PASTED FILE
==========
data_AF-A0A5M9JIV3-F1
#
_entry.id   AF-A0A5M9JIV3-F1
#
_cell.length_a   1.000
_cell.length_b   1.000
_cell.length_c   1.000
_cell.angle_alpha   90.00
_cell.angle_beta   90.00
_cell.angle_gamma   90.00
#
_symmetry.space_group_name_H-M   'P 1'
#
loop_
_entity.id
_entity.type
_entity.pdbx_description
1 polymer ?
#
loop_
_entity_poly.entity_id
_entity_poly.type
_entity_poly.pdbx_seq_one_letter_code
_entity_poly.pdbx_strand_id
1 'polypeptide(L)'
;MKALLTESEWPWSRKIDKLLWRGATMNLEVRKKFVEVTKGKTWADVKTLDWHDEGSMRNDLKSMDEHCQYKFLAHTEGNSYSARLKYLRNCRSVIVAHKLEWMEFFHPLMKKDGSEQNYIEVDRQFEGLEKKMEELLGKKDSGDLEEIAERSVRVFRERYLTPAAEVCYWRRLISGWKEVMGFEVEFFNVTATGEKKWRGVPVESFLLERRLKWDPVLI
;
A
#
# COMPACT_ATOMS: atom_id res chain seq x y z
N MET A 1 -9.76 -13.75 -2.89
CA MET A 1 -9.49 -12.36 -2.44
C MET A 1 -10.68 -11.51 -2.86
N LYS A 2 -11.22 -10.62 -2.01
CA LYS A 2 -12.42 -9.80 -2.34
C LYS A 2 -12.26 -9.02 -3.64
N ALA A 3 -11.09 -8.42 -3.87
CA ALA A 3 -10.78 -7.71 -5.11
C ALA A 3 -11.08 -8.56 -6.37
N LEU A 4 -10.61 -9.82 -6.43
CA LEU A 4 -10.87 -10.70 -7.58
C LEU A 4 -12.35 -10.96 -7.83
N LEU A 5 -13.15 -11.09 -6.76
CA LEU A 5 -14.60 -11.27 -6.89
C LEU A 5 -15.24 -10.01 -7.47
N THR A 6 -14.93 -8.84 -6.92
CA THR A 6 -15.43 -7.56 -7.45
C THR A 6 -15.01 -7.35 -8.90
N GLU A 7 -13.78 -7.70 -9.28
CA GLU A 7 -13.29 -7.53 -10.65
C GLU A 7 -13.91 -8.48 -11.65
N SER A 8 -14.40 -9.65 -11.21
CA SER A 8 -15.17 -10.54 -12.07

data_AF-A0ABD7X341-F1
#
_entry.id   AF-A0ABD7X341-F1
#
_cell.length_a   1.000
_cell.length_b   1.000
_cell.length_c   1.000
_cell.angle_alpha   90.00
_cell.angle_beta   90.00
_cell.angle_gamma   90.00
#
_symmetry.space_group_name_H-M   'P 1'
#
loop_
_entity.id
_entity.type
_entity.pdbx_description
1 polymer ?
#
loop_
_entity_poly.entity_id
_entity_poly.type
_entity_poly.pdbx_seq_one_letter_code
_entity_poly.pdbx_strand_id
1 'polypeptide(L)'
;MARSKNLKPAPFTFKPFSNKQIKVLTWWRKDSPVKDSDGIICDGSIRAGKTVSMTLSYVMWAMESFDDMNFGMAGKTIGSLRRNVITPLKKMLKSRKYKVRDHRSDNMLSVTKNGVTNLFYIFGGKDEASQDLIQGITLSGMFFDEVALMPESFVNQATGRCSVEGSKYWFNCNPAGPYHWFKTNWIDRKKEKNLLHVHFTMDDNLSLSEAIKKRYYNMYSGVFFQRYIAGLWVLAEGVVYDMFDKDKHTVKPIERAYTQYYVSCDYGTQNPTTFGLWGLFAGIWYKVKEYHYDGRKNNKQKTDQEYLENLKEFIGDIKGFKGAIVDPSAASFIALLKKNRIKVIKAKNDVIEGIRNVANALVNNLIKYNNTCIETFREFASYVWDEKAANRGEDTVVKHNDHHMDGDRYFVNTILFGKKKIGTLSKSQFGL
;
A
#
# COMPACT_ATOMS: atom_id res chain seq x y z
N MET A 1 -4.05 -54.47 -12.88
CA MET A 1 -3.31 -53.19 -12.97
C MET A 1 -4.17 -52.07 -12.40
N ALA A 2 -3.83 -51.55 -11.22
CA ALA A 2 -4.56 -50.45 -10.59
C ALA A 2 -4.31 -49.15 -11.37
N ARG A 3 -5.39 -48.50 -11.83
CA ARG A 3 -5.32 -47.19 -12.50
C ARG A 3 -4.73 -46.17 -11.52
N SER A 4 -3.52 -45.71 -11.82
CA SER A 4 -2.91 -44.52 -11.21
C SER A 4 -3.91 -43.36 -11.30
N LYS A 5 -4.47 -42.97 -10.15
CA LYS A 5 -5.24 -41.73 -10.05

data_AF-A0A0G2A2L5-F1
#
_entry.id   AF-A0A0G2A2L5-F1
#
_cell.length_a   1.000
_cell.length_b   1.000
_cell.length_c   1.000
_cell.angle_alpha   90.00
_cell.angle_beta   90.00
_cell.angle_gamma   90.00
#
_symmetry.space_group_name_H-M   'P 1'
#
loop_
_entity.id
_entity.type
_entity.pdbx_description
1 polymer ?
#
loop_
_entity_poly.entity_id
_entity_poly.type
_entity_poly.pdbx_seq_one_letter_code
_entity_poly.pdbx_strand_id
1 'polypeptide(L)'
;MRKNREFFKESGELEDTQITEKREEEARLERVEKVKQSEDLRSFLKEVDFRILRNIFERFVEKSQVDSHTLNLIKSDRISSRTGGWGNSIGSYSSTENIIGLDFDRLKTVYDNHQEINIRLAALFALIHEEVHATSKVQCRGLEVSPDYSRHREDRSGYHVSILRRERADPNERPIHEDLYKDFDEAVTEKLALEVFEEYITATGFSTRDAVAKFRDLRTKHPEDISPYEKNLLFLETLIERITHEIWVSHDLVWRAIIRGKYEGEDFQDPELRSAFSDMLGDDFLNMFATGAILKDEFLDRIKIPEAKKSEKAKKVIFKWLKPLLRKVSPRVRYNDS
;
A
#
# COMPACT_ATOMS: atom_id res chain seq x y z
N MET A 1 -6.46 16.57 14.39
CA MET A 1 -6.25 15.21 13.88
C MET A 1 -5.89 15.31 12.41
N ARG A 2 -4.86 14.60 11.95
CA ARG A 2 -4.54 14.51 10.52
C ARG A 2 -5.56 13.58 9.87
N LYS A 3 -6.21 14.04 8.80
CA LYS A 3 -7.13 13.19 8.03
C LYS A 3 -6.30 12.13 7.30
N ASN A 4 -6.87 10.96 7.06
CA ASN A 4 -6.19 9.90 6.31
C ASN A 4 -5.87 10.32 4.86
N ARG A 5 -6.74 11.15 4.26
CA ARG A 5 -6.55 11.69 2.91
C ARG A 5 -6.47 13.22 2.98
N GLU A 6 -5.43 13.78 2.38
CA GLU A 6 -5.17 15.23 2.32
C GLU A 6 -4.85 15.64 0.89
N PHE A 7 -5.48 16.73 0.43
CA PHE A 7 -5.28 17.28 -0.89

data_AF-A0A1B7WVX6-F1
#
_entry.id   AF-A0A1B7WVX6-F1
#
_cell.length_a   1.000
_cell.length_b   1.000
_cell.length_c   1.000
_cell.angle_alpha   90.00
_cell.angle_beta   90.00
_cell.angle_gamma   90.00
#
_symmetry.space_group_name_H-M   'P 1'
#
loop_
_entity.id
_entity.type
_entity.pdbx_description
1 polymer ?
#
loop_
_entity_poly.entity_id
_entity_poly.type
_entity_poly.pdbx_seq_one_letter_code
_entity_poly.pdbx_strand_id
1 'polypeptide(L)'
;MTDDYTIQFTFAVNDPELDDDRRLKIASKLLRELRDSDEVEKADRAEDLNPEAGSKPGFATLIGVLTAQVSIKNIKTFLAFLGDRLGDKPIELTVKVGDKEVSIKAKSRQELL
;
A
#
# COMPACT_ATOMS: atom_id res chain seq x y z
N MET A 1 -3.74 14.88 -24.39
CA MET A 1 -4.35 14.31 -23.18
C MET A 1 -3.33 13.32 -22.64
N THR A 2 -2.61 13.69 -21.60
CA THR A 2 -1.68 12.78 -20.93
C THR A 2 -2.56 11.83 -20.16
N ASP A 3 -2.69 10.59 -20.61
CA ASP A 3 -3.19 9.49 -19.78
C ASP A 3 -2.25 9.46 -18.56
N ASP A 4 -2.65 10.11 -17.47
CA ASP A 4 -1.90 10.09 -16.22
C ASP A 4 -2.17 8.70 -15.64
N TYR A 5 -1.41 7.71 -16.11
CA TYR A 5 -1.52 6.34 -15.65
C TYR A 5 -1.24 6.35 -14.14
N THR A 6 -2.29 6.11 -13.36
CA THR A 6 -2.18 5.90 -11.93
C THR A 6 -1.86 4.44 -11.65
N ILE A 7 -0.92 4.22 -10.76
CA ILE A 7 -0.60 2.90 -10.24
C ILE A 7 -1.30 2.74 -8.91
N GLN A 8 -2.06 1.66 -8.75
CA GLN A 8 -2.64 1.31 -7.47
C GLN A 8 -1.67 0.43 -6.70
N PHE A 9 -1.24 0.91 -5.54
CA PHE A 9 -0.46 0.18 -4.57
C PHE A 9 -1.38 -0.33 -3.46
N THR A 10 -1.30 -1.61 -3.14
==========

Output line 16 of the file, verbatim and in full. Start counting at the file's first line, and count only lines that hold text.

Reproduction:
_entity.type